Many children with Autism Spectrum Disorders (ASD) have what the medical model calls “repetitive or restricted interests.” Although these interests, fascinations, or rituals may seem “strange” to us, they offer the child sensory stimulation and relief. Allowing your child to engage with his or her special interest, whether that is magazines or bottle tops, provides them with a sense of calmness. For example, sitting in solitude is their oxygen, it helps block out negative thoughts, eases their anxiety from the day and provides a sense of predictability that they need.
Often parents believe that by giving their child this special interest (book, stamps, train) they are “giving in” to them and losing control. Instead, we should shift our mindset to thinking that this interest gives us something to work with – a motivator.
The following are some ideas for incorporating special interests into day-to-day activities (using the example of trains):
- Take out all the trains you have at home and make it a counting activity,
- Have your child sort through a pile or trains, finding the ones that are the same or different,
- Draw pictures of trains, commenting on what you see (E.g. “I spy…”),
- Make a mystery bag of trains where your child has to reach in the bag and describe what he/she feels and when he/she takes it out describes what he/she sees,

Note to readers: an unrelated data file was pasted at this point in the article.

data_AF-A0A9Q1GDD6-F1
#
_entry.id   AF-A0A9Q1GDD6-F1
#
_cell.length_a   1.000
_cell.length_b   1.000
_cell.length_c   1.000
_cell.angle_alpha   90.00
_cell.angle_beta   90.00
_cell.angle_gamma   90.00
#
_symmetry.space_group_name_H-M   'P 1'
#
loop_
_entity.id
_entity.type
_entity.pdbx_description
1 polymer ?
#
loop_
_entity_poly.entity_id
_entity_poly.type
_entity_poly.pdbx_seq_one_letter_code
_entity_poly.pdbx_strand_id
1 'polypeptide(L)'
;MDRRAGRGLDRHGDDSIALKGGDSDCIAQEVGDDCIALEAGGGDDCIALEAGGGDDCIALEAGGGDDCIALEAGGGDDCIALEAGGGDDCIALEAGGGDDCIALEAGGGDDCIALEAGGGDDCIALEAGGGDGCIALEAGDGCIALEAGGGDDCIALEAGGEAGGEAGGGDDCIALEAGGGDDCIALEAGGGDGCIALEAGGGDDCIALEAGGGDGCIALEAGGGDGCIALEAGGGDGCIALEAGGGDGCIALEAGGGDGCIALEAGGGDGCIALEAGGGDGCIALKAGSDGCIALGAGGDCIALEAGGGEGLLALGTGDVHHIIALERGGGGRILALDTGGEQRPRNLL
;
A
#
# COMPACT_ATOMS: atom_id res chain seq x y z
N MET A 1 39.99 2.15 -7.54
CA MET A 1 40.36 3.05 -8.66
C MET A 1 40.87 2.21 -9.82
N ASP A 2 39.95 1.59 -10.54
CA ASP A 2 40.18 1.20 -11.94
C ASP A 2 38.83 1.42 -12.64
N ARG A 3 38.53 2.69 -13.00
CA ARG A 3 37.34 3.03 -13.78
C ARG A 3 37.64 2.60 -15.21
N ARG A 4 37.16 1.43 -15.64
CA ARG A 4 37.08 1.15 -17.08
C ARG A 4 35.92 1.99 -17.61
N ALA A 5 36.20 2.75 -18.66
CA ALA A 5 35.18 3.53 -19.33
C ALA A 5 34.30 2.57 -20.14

- Use the trains to work on goals such as prepositions. Hide the trains between, on top, beside, inside and under furniture and walk around the house together giving clues where the trains are hidden (E.g., under the desk, between the books),
- Create a schedule to outline what he/she will be doing that day and cut and paste trains on the schedule to make it more visually appealing, and
- Read a book together with characters that are trains or other modes of transportation he/she enjoys.
These are only a few ideas using trains; however these examples could be applied to many different interests. Be creative and have fun! Use your child’s strengths to motivate, facilitate and engage them in activities!
This blog was inspired from a lecture given by Temple Grandin at the Geneva Conference for Autism, November 2010.
Written by: Ashleigh Wishen, Speech-Language Pathologist, The Speech Therapy Centres of Canada Ltd.